With a little help from their Friend

Dave Woodhall watches Villa lose at Crystal Palace.

It’s not that hard to get to Selhurst Park – just go to the ends of the earth, turn left and keep going a bit longer. It’s reckoned that when Barrow were voted out of the Football League in 1972, neighbouring Workington Town knew their days were also numbered, as their geographical isolation mean that they’d be got rid of as soon as was possible. They promptly went five years later. If relegation from the Premier League was decided in the same way, Palace would have been long gone.

And so Villa made the long and arduous trek to south London on Saturday afternoon. The team was unchanged from last week’s memorable win over Everton but the performance was nowhere near.

Referee Kevin (nobody’s) Friend set the scene with a display of incompetent officialdom that can have few equals. He might have a history with Villa but while he was definitely sympathetic to the home side on this occasion, over the years it’s not just us who have fallen foul of his incompetence. As the saying goes, never put down to malice what can be explained by incompetence, and Friend isn’t malicious – just unfit to referee.

If you want stats, at one point on Saturday both teams had committed eleven fouls. Villa had five players booked, Palace one. That’s not to defend Villa’s poor display – they were second best for most of the game – but it must prey on a player’s mind when the referee is so blatantly favouring the opposition.

And then came the moment that caused so much controversy. You’ll have seen it many times since Saturday afternoon so there’s no point in repeating it. Whether Jack Grealish dived or not (and never has a player had such an undeserved reputation with so little evidence to back it up) is immaterial. He didn’t commit a foul, neither did any other Vila player. Therefore I can’t see any grounds for stopping the game and disallowing Henri Lansbury’s equaliser, and neither, it seems, can any broadcaster or analyst who’s watched it. And what’s the point of VAR if it can’t be used all the time? So far tt seems less a way of righting wrongs than of defending poor referees..

Some unsavoury scenes after the final whistle concluded the most disappointing afternoon for a few weeks. Unlike the disallowed goal there seems to have been more than one angle to this particular story, and I hope that any investigation punishes the wrongdoers regardless of which side they were on.

Back to the football, and with an international break imminent it’s time to take stock of what’s happened so far. I’d have settled for four points so far, and incompetence aside that’s what we should have, which would have seen us in eleventh place. As it is, we’re in the bottom three and need a few points on the board to avoid a few nasty flashbacks to 2015.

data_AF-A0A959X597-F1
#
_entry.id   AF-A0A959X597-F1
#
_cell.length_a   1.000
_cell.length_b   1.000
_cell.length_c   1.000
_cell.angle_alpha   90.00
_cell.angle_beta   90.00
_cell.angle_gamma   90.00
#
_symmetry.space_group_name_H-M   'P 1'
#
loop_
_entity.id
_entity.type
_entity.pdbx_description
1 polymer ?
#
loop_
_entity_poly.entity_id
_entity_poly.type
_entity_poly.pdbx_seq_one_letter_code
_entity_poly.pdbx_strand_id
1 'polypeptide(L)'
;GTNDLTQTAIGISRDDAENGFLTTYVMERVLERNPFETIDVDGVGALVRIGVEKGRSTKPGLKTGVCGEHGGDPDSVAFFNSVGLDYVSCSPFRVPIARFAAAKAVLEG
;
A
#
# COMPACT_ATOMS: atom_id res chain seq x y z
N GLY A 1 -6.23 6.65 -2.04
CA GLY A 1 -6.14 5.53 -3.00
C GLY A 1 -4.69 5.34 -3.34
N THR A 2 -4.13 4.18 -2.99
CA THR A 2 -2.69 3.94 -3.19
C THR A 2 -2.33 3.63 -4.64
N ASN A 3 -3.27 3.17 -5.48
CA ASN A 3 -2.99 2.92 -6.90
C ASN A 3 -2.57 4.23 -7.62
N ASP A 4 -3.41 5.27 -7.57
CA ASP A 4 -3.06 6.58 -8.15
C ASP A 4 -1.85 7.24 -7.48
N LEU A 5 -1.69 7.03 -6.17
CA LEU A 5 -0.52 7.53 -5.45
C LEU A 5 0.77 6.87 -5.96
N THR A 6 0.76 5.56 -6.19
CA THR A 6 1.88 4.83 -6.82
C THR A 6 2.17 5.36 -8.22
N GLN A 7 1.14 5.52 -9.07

The biggest fault the team are showing is the individual errors they’ve been able to get away with for three seasons but which can prove fatal at this level. They have to be cut out and there has to be a greater physical presence in midfield. Trezeguet’s suspension could lead to the introduction of Ezri Konsa or Marvelous Nakamba, adding a bit more protection and allowing Grealish to get further forward. Kevin Friend’s suspension could allow football to advance by light years.

One thought on “With a little help from their Friend

  1. it’s easy to get hung up on one decision – horrendous and disastrous for us as it was – if that is all at play’s end that one has to hang one’s hat on…..
    struggling teams and armchair fans of big clubs who call in to radio phone-ins (i’m looking at YOU Man Utd supporters) regularly get hung up on one individual incident or decision and rant and fume like there’s no tomorrow.
    the simple fact is that if they’d created more, or defended better, then the inquest over that one individual moment would be so much easier to gloss over.
    and so it is with the Villa’s trip to the Palace last sat’day…. carve out more chances and you might not have to be left ruing the point the would make the difference in the embryonic table, but play with three ‘flair’ players and you might find that you allow the opposition to carve out more chances than you’d want them to enjoy.
    i think Mr Woodhall has a point, Grealish is a player you want on the front foot, not on the back, and playing both wide players might fit in with the Dean Smith system and work well at home, but away it might end up costing more than the possible gains.
    it’s still early days, and with the churn of players we can’t expect a honed formation to appear overnight, i can’t decide wether the international break has come at a good time, though i’d have given anything to have one more point and be flirting with mid-table…….

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